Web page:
Many people who abuse drugs or alcohol are self-medicating chronic pain, a new study suggests. Researchers at Boston University studied 589 people who fit the criteria for drug abuse or illicit drug use, and found 87 percent reported chronic pain. Of the 576 patients who used illicit drugs (marijuana, cocaine and/or heroin), 51 percent reported using drugs to treat pain. The study found 81 percent of the 121 people who said they misused prescription opioid painkillers reported they did so to treat their pain. Of the 265 patients who reported any amount of heavy drinking in the past three months, 38 percent said they were self-medicating chronic pain. The researchers found 79 percent of patients determined to be high-risk drinkers were self-medicating, according to Medical Daily . The results appear in the Journal of General Internal Medicine . “While the association between chronic pain and drug addiction has been observed...
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Drug Overdoses May Play Role in Slight Drop in Life Expectancy for White Americans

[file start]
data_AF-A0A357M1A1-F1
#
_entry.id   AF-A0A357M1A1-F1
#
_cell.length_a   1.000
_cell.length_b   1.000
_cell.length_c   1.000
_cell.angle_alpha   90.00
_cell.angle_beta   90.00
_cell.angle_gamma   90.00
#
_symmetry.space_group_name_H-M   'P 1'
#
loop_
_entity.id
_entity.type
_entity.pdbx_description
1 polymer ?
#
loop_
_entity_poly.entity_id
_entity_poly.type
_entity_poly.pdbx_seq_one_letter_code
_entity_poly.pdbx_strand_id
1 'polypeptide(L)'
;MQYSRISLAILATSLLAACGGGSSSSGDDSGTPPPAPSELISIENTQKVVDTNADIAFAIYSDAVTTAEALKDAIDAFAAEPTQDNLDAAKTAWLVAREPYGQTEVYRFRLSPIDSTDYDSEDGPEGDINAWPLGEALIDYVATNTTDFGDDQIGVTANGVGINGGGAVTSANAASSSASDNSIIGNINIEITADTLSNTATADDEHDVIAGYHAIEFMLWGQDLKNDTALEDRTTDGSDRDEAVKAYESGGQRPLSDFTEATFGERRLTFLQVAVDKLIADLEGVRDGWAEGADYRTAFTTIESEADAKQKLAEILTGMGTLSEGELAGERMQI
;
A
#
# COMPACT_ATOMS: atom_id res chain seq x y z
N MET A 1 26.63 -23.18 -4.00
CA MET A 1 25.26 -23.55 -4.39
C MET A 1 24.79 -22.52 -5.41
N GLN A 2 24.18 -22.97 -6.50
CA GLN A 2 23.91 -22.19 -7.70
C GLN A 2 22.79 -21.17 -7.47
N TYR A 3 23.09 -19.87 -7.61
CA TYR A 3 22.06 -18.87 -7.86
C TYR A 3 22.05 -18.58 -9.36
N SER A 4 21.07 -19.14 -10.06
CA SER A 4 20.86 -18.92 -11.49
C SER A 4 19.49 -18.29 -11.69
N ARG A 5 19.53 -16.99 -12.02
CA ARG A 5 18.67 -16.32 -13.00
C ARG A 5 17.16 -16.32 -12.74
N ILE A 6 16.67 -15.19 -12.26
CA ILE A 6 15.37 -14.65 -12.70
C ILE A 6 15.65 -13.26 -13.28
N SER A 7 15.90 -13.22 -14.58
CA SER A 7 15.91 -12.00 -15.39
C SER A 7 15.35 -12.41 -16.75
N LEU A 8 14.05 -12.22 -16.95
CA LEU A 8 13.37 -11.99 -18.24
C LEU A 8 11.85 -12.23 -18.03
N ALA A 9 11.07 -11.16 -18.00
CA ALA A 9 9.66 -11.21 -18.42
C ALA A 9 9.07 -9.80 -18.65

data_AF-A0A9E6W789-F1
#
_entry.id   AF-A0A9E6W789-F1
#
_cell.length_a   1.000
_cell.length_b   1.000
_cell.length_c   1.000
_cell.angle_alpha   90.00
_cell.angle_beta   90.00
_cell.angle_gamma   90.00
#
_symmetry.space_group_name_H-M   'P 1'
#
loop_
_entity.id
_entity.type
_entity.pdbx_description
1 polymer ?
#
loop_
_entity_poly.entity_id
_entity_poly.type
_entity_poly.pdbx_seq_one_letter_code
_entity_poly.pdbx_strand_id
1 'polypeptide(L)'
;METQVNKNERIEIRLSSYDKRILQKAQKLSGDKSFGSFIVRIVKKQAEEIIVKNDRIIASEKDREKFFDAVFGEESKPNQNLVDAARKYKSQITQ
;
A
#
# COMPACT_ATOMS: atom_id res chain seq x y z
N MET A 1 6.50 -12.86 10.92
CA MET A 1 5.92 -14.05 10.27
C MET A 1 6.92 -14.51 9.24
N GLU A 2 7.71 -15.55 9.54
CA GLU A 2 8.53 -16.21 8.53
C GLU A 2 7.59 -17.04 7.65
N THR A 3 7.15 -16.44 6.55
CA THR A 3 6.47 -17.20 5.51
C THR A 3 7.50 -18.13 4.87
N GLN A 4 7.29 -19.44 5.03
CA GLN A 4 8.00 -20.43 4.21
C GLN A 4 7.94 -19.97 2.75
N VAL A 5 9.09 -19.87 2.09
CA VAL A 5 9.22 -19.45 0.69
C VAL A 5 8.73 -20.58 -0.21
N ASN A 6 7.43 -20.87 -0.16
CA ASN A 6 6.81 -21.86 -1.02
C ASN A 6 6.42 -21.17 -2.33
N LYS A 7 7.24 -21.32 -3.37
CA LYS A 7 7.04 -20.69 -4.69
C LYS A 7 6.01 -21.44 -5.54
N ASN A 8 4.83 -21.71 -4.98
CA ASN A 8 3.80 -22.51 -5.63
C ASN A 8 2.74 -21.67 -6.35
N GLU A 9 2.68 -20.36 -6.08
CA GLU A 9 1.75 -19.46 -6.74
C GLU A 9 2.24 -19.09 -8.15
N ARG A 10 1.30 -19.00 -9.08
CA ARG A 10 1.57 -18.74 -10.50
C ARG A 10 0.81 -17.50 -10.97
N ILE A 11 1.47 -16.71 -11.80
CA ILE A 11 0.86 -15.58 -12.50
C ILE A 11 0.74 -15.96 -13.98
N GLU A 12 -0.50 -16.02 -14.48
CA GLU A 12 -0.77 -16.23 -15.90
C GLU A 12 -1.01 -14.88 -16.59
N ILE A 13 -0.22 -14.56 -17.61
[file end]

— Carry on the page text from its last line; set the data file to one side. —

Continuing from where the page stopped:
Drug Overdoses May Play Role in Slight Drop in Life Expectancy for White Americans
A new government report finds there was a slight decline in the life expectancy of white Americans in 2014. Drug overdoses, liver disease and suicide were the main factors in the decrease, according to the lead researcher from the National Center for Health Statistics. The report found life expectancy for whites decreased to 78.8 years in 2014, from 78.9 the previous year, according to The New York Times . Women’s life expectancy declined from 81.2 in 2013 to 81.1 in 2014. Men’s life expectancy stayed the same, at 76.5 years. The death rate increase was most pronounced among whites in their mid-20s to their mid-50s, the report found. “The increase in death in this segment of the population was great enough to affect life expectancy at birth for the whole group,” said lead researcher Elizabeth Arias, a statistician at the National Center for Health. “That is very unusual.” The overall...
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Facing Addiction and The National Council on Alcoholism and Drug Dependence (NCADD) are proud to announce the merger of our organizations – creating a national leader in turning the tide on the addiction epidemic.
The merged organization will be called: